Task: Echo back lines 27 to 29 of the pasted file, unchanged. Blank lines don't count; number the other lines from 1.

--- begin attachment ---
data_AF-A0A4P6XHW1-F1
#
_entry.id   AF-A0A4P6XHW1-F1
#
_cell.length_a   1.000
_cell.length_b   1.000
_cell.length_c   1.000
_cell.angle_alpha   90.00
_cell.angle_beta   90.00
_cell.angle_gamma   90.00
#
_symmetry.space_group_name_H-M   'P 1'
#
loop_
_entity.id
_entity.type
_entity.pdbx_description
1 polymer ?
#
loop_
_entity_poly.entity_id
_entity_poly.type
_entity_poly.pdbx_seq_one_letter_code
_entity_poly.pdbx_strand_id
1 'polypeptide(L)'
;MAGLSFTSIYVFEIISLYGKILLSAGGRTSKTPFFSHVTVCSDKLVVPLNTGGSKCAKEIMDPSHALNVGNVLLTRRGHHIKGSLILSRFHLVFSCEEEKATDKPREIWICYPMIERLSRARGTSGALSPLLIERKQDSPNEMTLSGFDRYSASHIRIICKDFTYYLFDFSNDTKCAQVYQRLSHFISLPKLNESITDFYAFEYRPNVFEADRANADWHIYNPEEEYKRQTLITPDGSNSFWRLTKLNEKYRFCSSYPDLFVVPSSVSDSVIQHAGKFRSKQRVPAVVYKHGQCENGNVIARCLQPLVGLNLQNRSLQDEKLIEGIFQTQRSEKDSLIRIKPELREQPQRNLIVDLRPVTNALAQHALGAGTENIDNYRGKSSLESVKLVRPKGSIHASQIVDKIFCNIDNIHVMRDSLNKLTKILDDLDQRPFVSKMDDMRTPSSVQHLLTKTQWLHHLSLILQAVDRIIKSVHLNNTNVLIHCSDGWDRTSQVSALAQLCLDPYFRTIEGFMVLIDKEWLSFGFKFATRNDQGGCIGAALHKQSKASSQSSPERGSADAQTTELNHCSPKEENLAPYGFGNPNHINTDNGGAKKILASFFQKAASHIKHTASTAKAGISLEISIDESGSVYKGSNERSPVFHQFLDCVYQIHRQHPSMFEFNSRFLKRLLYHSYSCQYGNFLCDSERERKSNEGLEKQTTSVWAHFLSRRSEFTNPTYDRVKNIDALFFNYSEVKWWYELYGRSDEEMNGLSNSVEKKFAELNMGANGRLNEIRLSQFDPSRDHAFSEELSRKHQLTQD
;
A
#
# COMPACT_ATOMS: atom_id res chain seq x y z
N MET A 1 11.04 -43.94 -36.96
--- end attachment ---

;
A
#